Ownership and management of assisted living facilities varies. Some are private, for-profit corporations, often part of a regional or national health care corporation. Some are single-owner businesses. Others are chartered as not-for-profit corporations, overseen by a community board of directors or as a component of a religious organization.
Assisted Living at Sugar Hill in Wolfeboro (www.sugarhillrc.com, 569-8485) is located on the grounds of Sugar Hill Retirement Community. Executive Director Gene Goodwin explains that this facility operates as a department of Huggins Hospital, a not-for-profit corporation. Residents in need of hospital care have ready access to the hospital. The facility has both residential and supported residential care, with a choice of one or two room private units in each. It also offers respite care for family caregivers.
How do people choose a facility? Affordability is one factor. Costs range from $2,700 to $6,000 per month. Beyond that, choice is often based on location. A long-time resident of a community will usually prefer to stay nearby. A person moving to be near family will locate as close as possible to the family. The setting also makes a difference. Some elders prefer in-town facilities. Others respond to the beauty of a country setting. There is also the compatibility factor. “I want a place where I would find people like me,” says one woman, who was contemplating the possibilities.
There are 137 assisted living facilities in New Hampshire, with a total of 4,013 beds (2004 figures). Senior care providers see a growing need for assisted living facilities, especially for affordable programs. Currently about one third of New Hampshire seniors have household incomes of below $25,000, putting most facilities out of reach.
With the 65+ population expected to increase from the present 13 percent to 17 percent in 2020, the shortage of affordable assisted living facilities could become critical. NH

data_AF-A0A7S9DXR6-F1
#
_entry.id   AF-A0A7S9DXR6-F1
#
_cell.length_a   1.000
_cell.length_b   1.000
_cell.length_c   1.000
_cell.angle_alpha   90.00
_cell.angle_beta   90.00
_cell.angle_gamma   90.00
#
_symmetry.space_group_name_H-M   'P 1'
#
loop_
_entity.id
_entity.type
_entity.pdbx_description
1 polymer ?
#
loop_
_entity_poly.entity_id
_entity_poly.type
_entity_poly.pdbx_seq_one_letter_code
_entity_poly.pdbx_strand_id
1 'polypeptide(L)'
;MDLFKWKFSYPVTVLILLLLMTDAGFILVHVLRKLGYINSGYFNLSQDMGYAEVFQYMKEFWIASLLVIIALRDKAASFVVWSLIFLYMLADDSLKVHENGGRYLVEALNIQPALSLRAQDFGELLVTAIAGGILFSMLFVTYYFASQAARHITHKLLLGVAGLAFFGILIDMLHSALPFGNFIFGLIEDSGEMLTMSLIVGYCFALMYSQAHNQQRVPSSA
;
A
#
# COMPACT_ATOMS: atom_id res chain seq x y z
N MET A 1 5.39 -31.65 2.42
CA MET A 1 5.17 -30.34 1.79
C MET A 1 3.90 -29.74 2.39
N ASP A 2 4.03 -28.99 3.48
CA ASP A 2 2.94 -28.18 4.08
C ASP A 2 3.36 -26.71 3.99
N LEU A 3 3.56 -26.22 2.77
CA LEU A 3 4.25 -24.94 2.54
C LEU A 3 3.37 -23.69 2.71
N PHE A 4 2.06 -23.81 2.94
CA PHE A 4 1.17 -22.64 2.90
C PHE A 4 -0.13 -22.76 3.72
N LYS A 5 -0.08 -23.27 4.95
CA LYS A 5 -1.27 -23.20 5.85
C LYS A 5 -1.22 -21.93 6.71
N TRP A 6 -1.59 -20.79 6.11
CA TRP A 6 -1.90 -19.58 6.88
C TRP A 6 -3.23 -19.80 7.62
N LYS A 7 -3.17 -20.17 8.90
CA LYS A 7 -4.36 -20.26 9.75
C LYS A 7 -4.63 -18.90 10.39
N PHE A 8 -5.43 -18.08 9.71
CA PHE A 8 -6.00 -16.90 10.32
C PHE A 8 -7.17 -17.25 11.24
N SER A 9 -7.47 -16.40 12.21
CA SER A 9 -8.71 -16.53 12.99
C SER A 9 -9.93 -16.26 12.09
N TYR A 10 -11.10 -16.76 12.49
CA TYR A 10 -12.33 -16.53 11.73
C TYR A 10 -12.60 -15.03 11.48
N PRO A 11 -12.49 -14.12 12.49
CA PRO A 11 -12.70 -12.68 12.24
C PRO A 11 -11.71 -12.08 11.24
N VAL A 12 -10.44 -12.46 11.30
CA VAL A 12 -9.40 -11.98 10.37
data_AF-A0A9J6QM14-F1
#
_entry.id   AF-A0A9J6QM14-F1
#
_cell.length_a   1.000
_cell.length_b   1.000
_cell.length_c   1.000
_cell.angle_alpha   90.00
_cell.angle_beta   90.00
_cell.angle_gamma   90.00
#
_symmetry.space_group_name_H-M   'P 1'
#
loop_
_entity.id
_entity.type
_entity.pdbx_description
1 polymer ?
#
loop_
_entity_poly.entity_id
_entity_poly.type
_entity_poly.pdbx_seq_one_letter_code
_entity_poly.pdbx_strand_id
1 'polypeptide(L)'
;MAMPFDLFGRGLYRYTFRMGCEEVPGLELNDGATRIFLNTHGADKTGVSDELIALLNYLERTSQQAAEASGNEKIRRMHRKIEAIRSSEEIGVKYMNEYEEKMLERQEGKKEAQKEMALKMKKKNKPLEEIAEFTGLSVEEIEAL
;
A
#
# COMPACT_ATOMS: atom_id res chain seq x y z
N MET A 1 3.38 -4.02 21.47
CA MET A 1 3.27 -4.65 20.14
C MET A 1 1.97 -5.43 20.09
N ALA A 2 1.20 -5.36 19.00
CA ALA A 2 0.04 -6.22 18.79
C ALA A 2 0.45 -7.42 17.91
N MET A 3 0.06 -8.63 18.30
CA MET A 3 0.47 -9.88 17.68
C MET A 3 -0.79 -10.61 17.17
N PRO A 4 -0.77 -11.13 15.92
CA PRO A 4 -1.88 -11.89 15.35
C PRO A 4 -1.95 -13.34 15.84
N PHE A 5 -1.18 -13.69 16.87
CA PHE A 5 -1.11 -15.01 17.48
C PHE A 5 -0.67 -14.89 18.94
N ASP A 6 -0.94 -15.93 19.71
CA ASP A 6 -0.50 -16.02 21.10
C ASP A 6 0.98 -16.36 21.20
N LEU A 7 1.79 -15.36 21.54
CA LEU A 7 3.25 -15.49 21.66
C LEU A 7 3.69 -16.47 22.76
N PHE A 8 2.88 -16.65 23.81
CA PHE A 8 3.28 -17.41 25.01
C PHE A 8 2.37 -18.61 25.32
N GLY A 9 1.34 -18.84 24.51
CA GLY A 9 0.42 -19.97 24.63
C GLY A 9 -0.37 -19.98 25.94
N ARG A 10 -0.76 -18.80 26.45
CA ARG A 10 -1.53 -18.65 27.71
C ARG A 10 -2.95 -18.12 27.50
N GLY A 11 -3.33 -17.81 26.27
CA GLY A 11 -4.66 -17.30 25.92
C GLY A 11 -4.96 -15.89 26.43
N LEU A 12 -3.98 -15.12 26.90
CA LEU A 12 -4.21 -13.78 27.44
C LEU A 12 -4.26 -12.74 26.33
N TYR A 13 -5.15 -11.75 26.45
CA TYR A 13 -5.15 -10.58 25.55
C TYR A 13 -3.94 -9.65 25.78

DIFFERENT ASSISTED LIVING SETTINGS
Some assisted living facilities are part of larger retirement communities that offer independent cottages or apartments, assisted living apartments and sometimes nursing home care. Some complexes also include units for people with dementia. For many individuals and families, there is security in being able to move from one level of independence to the next within the same complex. Below are some of the state’s major providers of multiple levels of care:
(www.hillcrestterrace.com, 800-862-9490) in Manchester: Independent and assisted living, nursing home care
(www.rivermead.org, 800-200-5433) in Peterborough: Independent and assisted living, dementia care and memory loss, skilled nursing care
RiverWoods at Exeter
(www.riverwoodsrc.org, (800-688-9663): Independent and assisted living, skilled nursing care, memory support
The Courville Communities
(www.courvillecommunities.com, 800-638-5503): Aynsley Place, Nashua, assisted living; Carlyle Place, Bedford, assisted living; Courville at Nashua, skilled nursing care and rehabilitation; The Villas at Nashua, independent living; Courville at Manchester, skilled nursing care and rehabilitation, assisted living
This article appears in the August 2007 issue of New Hampshire Magazine